BMW has taken its existing M235i compact coupe and lifted outputs by 10kW and 50Nm, while adding equipment and lowering the price to create its M240i replacement.
Mirroring the M135i to M140i hatchback changeover, the new M240i now produces from its 3.0-litre turbo six-cylinder a fuller 250kW and M2-beating 500Nm to claim a 4.6-second 0-100km/h.
That’s both two-tenths quicker than before and now only three-tenths off the BMW M2, which gets a standard 465Nm (and 500Nm only on overboost).
The M240i asks $2500 less than its M235i predecessor, at $74,900 plus on-road costs with either six-speed manual or eight-speed automatic transmission. It extends the pricing gap to $15K between the M240i and the $89,900 manual-only M2 Pure, although the M240i shares its higher specification with the $99,900 manual-or-auto M2.
Kit highlights include adaptive LED headlights, 12-speaker Harman Kardon audio, keyless auto-entry and electrically adjustable front seats with heating – all unavailable on M2 Pure.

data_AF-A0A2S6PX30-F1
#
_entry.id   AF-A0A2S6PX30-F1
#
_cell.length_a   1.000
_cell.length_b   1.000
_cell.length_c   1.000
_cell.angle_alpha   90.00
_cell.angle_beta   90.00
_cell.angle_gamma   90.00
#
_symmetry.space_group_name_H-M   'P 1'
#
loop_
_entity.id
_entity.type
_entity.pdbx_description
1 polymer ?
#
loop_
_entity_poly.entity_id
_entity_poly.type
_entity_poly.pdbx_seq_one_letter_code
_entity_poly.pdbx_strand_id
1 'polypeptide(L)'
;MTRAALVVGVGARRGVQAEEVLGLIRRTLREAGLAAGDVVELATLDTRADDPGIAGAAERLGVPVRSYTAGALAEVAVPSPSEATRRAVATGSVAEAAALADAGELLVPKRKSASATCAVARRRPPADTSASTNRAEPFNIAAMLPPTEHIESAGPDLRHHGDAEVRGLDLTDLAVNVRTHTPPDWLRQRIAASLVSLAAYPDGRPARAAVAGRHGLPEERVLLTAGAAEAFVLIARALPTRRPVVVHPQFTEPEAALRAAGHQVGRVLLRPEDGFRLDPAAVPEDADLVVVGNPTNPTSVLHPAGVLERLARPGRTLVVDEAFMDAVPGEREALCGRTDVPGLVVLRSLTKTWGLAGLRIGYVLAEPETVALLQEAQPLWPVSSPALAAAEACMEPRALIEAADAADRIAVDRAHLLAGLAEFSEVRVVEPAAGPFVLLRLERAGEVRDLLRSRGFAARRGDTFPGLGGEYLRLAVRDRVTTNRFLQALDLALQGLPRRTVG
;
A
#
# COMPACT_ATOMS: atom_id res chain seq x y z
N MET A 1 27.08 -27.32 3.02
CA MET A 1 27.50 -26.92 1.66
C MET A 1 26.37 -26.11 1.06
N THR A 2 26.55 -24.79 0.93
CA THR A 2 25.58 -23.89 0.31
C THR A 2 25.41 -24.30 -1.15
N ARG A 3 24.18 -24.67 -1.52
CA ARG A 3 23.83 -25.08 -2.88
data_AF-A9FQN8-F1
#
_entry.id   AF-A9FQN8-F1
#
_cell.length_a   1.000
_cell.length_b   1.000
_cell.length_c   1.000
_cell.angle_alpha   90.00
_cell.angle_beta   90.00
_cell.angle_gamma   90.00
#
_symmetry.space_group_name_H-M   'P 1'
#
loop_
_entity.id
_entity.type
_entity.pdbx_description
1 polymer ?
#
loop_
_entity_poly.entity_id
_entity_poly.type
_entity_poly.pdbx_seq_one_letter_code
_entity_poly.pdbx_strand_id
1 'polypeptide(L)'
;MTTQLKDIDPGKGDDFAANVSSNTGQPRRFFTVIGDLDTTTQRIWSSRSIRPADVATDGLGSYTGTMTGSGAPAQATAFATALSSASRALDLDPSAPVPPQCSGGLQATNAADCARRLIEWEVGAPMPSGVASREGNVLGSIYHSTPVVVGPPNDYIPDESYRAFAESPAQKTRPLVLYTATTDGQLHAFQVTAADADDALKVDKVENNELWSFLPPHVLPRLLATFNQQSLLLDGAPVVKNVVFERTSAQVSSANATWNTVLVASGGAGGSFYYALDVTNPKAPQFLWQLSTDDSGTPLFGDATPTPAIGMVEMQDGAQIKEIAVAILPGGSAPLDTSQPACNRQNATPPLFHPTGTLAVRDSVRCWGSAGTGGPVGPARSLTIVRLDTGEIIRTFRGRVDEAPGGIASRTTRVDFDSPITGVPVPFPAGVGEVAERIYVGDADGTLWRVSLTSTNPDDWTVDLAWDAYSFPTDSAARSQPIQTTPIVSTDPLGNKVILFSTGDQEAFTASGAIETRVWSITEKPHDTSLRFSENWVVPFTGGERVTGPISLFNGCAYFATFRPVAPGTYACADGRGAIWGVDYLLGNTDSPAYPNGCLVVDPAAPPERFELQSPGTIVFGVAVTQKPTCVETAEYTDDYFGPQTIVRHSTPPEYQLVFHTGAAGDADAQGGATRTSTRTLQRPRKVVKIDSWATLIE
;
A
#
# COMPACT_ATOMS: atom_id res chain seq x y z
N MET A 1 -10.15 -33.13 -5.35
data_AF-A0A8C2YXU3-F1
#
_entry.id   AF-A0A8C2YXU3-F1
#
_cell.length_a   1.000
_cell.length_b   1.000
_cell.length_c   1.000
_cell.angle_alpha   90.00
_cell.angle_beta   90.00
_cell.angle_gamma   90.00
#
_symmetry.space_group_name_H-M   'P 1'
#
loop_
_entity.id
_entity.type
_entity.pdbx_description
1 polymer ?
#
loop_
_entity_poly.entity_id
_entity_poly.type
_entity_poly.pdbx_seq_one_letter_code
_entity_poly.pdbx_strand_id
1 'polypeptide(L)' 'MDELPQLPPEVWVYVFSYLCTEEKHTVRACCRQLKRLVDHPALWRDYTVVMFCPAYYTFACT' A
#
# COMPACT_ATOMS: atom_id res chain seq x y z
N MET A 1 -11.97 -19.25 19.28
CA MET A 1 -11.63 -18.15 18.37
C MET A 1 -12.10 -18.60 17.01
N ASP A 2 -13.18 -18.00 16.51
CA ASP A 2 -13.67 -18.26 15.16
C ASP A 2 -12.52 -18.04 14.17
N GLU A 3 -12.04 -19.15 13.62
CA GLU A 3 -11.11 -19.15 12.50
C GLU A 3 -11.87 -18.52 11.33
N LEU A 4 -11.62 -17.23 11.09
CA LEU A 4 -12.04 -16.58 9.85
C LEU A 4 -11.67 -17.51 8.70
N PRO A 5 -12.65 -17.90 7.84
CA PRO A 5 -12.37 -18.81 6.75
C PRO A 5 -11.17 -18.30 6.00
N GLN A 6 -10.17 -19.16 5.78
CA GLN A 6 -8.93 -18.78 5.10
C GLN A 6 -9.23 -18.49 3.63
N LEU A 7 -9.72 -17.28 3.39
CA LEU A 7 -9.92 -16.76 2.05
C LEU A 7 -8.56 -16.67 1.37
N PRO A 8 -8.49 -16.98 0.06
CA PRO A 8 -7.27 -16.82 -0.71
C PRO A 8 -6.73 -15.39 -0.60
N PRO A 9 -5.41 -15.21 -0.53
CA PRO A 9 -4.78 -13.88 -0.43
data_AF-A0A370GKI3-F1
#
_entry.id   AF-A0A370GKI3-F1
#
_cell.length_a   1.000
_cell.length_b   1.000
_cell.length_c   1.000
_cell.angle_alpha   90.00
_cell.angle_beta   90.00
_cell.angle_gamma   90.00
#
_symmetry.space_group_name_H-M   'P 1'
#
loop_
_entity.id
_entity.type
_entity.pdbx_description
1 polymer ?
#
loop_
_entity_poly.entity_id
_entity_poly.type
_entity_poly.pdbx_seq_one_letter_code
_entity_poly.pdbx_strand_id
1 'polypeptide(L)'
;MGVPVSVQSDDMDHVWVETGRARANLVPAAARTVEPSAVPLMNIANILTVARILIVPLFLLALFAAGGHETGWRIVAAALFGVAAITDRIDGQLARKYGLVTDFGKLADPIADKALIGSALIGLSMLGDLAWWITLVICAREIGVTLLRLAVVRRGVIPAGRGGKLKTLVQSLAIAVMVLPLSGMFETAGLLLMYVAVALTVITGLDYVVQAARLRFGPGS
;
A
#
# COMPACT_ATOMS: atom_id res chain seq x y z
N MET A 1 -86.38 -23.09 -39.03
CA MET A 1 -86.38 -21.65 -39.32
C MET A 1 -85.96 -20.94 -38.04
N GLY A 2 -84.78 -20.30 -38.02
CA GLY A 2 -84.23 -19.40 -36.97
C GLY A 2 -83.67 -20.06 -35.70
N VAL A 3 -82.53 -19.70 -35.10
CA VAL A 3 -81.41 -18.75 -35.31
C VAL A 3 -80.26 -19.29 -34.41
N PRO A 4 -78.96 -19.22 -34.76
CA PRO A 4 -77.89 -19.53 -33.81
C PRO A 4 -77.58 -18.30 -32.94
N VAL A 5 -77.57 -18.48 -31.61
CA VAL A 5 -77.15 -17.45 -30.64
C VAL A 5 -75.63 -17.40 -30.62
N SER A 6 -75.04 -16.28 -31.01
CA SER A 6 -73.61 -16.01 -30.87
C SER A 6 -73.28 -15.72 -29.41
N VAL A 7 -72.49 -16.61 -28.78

There’s no change to the wheel/tyre and chassis package of the M240i, which remains of the 225/40 front and 245/35 rear 18-inch variety, with two-mode adaptive suspension and variable-ratio steering also standard.
Other 2 Series models cop a power hike, too, including the 228i that becomes the 230i courtesy of a 5kW lift for its 2.0-litre turbocharged four-cylinder, to 185kW and 350Nm.
Also available in six-speed manual or eight-speed auto, the 230i’s 5.6-second 0-100km/h claim is still brisk for a $61,900 rear-drive compact coupe. It mirrors the M240i’s spec boost with the exception of full leather trim and heated pews, while picking up a larger nav screen and larger brakes as part of the now-standard M Sport package.
Convertible versions also follow the coupe changeover, with the 230i priced from $71,900 and the M240i from $83,900.
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